Soil-Plant Interaction (SPI)
From the plant perspective as a sessile organism, this all serves to optimize the acquisition of scarce resources or to avoid toxic ones with a minimal energy investment to allow for growth and reproduction. From the ecosystem perspective these processes do not only impact net primary production and decomposition, habitat quantity and quality for microorganisms, but also transport of water and chemicals in soil. Within the working group soil-plant interaction we develop methods for investigating in situ for the rhizosphere and bulk soil the dynamics of
physical characteristics (soil strength and structure),
hydrological characteristics (availability and distribution of water), and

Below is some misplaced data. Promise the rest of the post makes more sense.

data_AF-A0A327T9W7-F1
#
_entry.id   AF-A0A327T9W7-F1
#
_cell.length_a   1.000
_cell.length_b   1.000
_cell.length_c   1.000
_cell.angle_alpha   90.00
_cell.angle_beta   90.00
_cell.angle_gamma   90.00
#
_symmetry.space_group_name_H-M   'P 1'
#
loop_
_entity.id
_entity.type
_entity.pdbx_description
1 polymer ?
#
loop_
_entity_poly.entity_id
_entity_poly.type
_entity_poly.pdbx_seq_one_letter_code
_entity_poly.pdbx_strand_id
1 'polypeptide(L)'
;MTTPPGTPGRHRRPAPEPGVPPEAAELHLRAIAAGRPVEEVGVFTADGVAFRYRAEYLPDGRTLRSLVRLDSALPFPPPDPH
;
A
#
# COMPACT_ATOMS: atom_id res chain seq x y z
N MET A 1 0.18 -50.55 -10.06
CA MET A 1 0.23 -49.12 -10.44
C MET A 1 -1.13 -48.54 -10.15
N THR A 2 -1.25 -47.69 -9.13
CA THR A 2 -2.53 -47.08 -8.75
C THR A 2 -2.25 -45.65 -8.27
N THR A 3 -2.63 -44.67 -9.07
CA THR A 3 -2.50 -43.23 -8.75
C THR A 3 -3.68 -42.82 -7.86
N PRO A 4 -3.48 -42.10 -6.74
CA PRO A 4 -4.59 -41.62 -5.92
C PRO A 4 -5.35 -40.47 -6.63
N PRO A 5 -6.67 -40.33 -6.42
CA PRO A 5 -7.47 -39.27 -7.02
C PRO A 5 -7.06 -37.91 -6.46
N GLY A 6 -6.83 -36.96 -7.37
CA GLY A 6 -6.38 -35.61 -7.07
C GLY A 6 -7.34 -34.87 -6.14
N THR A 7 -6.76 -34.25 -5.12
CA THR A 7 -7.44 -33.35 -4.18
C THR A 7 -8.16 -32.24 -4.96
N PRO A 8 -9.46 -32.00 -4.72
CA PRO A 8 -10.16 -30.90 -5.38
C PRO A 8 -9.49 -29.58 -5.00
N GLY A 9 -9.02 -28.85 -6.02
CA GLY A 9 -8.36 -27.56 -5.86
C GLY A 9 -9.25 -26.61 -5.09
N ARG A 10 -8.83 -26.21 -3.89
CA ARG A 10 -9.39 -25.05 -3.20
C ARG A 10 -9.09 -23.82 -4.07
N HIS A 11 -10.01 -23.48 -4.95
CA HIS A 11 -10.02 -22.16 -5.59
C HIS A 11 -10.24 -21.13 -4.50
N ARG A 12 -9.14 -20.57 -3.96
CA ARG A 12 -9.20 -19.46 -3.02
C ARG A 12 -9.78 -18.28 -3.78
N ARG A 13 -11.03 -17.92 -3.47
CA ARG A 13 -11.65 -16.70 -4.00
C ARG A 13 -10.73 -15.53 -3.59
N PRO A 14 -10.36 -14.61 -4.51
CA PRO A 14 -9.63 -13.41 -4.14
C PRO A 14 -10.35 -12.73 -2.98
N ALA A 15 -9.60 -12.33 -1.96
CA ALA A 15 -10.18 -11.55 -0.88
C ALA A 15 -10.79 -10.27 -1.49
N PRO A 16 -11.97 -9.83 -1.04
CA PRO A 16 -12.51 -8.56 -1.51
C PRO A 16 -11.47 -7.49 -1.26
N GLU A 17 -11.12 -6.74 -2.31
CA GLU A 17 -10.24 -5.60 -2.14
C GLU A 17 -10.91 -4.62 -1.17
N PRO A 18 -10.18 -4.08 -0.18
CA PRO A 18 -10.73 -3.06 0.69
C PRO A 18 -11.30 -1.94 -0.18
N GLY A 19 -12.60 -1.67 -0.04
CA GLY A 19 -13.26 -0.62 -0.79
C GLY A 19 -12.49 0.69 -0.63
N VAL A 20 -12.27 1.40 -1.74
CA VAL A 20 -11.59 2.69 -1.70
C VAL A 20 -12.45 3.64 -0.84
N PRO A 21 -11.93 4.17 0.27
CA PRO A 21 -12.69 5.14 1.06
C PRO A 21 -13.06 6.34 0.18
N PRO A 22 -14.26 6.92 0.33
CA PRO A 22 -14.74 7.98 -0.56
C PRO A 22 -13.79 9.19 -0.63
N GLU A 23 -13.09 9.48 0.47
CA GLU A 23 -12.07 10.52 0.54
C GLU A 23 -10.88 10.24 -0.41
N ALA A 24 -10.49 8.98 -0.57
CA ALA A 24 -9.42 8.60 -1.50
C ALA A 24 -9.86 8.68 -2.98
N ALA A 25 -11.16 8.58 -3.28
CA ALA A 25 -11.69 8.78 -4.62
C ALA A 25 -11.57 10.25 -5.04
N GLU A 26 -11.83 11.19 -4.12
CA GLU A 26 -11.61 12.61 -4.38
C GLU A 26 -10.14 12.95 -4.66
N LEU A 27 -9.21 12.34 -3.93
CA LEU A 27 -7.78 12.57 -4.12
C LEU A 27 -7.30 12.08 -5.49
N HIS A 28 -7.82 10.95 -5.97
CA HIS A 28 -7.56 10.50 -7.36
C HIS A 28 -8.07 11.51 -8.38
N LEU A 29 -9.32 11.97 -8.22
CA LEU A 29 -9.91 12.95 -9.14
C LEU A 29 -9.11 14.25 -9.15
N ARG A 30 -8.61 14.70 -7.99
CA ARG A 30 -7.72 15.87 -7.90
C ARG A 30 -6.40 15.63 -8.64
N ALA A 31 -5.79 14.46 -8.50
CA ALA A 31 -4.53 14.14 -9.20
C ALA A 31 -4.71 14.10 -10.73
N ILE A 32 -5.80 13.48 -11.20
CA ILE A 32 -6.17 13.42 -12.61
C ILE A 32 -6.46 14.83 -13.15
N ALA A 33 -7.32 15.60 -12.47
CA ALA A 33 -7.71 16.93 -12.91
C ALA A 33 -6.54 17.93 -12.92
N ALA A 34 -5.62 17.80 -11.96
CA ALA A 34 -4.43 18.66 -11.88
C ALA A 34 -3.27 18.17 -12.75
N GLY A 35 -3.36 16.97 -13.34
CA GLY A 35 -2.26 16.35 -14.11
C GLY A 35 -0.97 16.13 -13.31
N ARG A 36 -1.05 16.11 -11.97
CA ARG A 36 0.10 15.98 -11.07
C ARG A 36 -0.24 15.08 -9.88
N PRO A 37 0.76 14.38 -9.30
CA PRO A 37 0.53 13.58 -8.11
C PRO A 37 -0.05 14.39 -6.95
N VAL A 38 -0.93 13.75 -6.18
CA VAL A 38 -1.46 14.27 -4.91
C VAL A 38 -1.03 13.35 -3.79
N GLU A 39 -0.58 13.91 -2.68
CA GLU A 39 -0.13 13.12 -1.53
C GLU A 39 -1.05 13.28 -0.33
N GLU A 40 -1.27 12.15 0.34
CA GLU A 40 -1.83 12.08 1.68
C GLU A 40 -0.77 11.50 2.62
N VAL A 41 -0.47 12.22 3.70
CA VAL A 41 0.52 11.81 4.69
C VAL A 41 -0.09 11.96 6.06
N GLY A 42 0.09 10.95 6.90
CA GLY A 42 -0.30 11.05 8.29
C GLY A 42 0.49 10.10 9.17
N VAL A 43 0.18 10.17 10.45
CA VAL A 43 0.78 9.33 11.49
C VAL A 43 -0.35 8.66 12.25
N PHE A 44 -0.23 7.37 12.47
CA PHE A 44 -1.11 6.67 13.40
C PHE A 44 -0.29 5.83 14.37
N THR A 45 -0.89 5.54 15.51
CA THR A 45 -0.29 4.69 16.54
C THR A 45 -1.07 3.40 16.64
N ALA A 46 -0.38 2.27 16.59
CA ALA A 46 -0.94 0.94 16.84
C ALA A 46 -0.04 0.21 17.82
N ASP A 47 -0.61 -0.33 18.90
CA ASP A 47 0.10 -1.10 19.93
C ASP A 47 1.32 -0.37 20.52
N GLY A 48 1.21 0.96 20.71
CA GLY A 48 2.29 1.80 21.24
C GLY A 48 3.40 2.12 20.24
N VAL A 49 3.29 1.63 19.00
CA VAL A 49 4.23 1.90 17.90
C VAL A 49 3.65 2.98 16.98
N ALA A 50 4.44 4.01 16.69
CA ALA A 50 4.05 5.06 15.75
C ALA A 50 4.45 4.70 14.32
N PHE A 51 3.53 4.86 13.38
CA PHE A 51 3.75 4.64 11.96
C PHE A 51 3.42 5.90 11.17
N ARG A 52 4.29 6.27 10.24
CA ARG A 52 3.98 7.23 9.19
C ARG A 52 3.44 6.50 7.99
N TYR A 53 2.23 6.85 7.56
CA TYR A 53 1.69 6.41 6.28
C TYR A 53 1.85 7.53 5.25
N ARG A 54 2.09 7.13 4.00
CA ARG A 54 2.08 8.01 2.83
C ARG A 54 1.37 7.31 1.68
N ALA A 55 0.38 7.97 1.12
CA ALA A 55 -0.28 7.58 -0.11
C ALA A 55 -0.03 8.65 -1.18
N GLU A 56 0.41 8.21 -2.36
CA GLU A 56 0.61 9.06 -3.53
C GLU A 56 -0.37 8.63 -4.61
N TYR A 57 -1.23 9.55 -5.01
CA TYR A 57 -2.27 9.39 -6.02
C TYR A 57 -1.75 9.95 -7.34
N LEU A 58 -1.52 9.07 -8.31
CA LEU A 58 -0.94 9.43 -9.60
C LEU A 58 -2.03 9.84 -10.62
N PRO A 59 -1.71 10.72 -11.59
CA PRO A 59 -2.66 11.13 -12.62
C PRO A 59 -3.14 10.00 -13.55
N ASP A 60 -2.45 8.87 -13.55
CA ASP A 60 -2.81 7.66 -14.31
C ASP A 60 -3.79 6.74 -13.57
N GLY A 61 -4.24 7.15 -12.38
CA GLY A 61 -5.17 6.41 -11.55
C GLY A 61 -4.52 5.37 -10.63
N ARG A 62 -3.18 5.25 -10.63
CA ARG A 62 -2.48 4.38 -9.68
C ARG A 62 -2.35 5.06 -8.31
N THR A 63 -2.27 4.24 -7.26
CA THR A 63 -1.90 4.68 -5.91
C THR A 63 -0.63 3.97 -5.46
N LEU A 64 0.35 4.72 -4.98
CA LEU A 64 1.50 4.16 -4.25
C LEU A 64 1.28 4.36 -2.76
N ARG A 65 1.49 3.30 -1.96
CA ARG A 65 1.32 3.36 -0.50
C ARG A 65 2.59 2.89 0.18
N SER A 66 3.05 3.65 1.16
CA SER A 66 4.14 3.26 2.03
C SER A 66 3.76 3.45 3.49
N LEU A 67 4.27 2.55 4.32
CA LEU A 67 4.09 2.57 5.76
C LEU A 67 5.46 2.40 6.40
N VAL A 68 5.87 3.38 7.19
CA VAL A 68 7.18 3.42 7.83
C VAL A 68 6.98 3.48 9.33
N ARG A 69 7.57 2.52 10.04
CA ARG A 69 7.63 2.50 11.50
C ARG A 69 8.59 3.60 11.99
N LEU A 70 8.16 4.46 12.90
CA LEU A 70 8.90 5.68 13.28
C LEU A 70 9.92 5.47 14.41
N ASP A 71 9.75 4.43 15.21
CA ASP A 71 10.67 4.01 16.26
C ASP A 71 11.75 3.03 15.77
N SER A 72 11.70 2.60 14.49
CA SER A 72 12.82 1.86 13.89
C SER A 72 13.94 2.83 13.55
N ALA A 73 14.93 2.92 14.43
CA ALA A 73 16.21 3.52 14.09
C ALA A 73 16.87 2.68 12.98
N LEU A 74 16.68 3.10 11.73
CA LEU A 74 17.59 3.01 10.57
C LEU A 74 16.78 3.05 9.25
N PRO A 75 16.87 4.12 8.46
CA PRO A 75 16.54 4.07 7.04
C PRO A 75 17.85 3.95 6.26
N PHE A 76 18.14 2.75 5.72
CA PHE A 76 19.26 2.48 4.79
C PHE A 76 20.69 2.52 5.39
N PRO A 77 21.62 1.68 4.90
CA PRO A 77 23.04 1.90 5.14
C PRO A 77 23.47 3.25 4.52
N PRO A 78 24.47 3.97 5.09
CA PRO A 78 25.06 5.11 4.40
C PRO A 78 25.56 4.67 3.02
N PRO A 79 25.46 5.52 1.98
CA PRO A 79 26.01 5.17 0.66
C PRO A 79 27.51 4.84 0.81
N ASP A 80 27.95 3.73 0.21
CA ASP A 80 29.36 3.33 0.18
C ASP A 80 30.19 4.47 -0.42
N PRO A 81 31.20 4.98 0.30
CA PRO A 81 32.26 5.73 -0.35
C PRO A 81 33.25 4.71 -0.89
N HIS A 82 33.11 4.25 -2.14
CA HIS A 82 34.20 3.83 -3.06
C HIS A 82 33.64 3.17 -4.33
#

chemical characteristics (concentration and distribution of nutrients and toxic elements).
On lab and field scale we try to quantify how changes in these characteristics feedback on plant growth and transport of water and chemicals. We work on several questions in the context of (i) efficient use of scarce resources (water, nutrients, K), (ii) cycling of nutrients for sustainable production (Si), (ii) availability of contaminants (As).